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Document your app with PHPUnit Testdox output

Published: 2022-11-03 | Updated: 2022-11-03

When you run your application’s test suite (you do have a test suite, right?) with PHPUnit, you will probably be familiar with the following output style:

PHPUnit 9.5.26 by Sebastian Bergmann and contributors.

Testing 
..........................................R.................R.... 65 / 90 ( 72%)
.........................                                         90 / 90 (100%)

Time: 00:05.650, Memory: 155.00 MB

The main advantage of this output format is that it is concise, especially when you have a lot of tests. It quickly gives you an overview of tests that failed, have errors, or are considered risky.

However, the downside is that it’s not immediately clear what each test is actually testing. Each test is simply represented by a . character and that is all.

There is an alternative that many people do not seem to know about. PHPUnit has an option to change the output format to one that is much more descriptive, and that relies on the information already in your tests to create these descriptions.

Lets say you have a test class such as the following:

<?php
declare(strict_types=1);

use PHPUnitFrameworkTestCase;

final class CustomerSubscriptionsTest extends TestCase
{
    public function test_customer_can_be_subscribed_to_the_mailing_list(): void
    {
        // test code
    }

    public function test_customer_can_be_unsubscribed_from_the_mailing_list(): void
    {
        // test code
    }

    public function test_customer_cannot_be_subscribed_more_than_once(): void
    {
        // test code
    }

    public function test_customer_cannot_unsubscribe_if_not_already_subscribed(): void
    {
        // test code
    }
}

If you add the --testdox option to the PHPUnit command, you will get an alternative output format which looks like this:

PHPUnit 9.5.26 by Sebastian Bergmann and contributors.

Testing /var/www/app/tests

Customer Subscriptions
 ✔ Customer can be subscribed to the mailing list
 ✔ Customer can be unsubscribed from the mailing list
 ✔ Customer cannot be subscribed more than once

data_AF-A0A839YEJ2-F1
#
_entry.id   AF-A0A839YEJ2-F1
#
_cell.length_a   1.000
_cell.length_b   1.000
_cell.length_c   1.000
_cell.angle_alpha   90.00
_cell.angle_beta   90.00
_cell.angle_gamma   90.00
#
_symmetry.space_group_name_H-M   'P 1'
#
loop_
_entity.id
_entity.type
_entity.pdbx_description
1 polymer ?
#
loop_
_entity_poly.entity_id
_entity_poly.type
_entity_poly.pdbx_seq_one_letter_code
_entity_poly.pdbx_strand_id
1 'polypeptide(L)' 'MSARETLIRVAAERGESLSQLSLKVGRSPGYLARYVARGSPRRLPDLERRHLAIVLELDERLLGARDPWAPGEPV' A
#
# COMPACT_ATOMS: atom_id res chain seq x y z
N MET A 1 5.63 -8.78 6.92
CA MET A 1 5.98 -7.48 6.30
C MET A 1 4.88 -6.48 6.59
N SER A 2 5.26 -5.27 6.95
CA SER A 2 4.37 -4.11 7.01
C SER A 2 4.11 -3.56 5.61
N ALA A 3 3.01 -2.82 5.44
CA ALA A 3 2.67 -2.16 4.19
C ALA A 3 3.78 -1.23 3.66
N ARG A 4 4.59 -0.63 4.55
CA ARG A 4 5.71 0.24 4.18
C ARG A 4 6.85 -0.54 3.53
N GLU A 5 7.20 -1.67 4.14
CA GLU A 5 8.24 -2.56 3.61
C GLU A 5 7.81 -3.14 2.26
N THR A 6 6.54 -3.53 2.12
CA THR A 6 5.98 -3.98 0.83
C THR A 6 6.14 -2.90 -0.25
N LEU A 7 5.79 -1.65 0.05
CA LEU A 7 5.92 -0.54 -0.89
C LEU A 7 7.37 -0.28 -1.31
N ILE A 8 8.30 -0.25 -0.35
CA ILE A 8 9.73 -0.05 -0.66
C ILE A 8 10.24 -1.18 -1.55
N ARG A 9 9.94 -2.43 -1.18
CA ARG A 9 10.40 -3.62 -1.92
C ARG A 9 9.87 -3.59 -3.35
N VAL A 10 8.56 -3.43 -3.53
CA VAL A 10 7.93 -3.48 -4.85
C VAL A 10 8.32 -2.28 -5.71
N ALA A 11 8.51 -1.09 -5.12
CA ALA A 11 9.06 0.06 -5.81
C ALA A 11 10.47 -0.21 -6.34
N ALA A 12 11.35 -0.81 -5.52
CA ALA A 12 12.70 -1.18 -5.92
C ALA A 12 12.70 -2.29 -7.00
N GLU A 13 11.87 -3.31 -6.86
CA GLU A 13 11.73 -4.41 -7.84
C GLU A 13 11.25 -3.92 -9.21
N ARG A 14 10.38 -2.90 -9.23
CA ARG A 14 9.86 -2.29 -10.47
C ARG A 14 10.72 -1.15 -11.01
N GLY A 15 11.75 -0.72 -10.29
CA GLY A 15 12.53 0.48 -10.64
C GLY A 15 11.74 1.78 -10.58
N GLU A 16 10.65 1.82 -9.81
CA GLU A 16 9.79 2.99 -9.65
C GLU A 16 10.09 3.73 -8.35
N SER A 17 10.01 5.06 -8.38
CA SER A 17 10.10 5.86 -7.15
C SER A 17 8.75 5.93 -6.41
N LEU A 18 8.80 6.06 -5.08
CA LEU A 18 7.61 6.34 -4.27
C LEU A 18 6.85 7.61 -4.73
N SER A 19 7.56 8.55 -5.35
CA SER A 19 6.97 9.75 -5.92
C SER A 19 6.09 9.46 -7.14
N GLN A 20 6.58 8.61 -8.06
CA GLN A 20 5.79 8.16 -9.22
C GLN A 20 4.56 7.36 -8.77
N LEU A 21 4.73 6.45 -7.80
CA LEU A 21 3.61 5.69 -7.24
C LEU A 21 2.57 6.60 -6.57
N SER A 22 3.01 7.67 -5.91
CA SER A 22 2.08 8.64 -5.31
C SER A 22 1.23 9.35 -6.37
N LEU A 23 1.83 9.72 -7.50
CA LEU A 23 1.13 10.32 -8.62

✔ Customer cannot unsubscribe if not already subscribed

The test descriptions are taken from the method names inside the test class. If you name your methods carefully, using natural language, you are creating documentation right there and then, without any further effort.

Overriding the testdox description

If you would like the name your method something slightly different to the outputted description, you can override it with the @testdox annotation:

/**
 * @testdox Customer can be subscribed OK
 */
public function test_customer_can_be_subscribed_to_the_mailing_list(): void
{
    // test code
}

Using testdox with data providers

If you use data provider methods to run your test against multiple data sets, you can get the values from the data provider into the testdox description as well.

/**
 * @dataProvider additionProvider
 * @testdox Adding $a to $b results in $expected
 */
public function test_can_add_a_to_b_successfully($a, $b, $expected)
{
    // test code
}

Additionally, if you use named sets in your data provider, you can access the set name in the testdox annotation using $_dataName as follows:

/**
 * @dataProvider additionProvider
 * @testdox Adding $a to $b results in $expected for $_dataName
 */
public function testAdd($a, $b, $expected)
{
    // test code
}

public function additionProvider()
{
    return [
        'data set 1' => [0, 0, 0],
        'data set 2' => [0, 1, 1],
        'data set 3' => [1, 0, 1],
        'data set 4' => [1, 1, 3]
    ];
}

This would result in the output for the first data set of Adding 0 to 0 results in 0 for data set 1

Conclusion

Once you start playing around with testdox output, you will probably realise how slack you’ve been when naming your test methods. It gets addictive, and you’ll find yourself tweaking things until you get the perfect desired output!

However, this time is well spent, as all one needs to do to get a summary of the behaviour of a part of your application is to run the test suite with the --testdox option, and the tests themselves will describe the desired behaviour.

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